The UVic Writer's Guide


Fragments


A sentence fragment is a piece of a sentence which has been punctuated as if it were a complete sentence. Usually it is a phrase or subordinate clause which has been improperly separated from a main clause:

Matt has been improving at school. Since he stopped skipping class.

It was the time of year when the neighbours would suddenly become uncharacteristically generous, pressing quantities of enormous zucchini on us. It being the most prolific of vegetables.

The sentences must be reconnected:

Matt has been improving at school since he stopped skipping class.

It was the time of year when the neighbours would suddenly become uncharacteristically generous, pressing quantities of enormous zuccini on us, it being the most prolific of vegetables.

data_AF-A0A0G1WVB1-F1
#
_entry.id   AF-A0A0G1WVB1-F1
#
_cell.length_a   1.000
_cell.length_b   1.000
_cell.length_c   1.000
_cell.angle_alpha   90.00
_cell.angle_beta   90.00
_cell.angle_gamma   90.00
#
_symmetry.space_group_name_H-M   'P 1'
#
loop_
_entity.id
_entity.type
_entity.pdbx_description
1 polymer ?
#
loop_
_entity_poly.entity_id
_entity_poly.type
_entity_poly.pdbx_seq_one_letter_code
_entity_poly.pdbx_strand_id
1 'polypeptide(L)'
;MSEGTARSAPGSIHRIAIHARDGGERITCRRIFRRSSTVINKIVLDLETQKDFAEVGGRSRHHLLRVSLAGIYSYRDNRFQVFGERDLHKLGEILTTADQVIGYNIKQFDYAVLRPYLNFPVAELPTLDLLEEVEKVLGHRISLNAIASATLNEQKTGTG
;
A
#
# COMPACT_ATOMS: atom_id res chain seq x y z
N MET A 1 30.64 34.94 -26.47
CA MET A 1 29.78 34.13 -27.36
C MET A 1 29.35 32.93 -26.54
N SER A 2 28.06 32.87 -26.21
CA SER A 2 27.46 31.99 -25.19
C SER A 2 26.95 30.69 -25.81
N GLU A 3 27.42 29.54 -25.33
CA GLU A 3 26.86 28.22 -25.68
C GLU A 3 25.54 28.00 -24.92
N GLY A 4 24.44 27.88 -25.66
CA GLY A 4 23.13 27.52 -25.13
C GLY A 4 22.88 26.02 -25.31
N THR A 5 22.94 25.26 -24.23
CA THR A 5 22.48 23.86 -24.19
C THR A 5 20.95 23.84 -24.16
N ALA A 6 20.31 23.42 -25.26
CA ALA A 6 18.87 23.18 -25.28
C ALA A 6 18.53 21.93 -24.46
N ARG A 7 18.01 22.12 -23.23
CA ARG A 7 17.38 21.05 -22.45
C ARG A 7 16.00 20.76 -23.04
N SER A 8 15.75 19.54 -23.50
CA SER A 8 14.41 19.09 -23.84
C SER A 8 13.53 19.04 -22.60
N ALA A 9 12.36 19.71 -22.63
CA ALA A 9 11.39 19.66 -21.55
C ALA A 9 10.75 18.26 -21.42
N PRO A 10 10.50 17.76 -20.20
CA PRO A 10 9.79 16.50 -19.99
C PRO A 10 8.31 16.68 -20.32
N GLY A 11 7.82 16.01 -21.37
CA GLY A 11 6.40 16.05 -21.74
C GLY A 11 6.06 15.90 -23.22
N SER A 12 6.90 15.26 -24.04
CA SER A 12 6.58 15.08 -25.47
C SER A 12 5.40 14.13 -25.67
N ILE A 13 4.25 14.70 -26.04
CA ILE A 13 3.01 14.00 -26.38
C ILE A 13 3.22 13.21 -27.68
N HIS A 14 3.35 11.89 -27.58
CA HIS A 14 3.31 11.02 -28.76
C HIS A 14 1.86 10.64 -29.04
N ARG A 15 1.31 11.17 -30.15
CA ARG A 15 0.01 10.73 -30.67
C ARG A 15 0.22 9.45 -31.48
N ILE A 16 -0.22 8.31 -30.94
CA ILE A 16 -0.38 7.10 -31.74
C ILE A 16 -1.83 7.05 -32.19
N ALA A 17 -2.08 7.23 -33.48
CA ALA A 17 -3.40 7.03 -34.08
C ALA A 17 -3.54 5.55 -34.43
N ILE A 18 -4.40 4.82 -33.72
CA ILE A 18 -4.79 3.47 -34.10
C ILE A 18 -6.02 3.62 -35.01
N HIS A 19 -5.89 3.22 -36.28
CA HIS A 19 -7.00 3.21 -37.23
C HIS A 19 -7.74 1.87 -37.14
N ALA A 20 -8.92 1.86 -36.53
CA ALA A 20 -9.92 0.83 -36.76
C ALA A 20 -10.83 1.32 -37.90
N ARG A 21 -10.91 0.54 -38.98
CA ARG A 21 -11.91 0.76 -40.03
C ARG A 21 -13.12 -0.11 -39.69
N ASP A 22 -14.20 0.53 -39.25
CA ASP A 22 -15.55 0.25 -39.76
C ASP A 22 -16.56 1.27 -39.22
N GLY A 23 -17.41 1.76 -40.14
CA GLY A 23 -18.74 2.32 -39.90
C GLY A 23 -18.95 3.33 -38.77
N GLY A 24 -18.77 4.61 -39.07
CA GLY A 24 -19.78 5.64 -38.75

Every sentence must have a main clause, and thus a complete verb.

Particularly in works of fiction, a sentence fragment can be a rhetorically effective device, but in formal writing it is more likely to be simply inept.

A tip: if you are unsure of the distinction between a complete verb and an incomplete one, or a main clause and a participle phrase, there is a simple test you can apply to find out if you have a sentence fragment, or a comma splice:


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Copyright, The Department of English, University of Victoria, 1995
This page updated September 21, 1995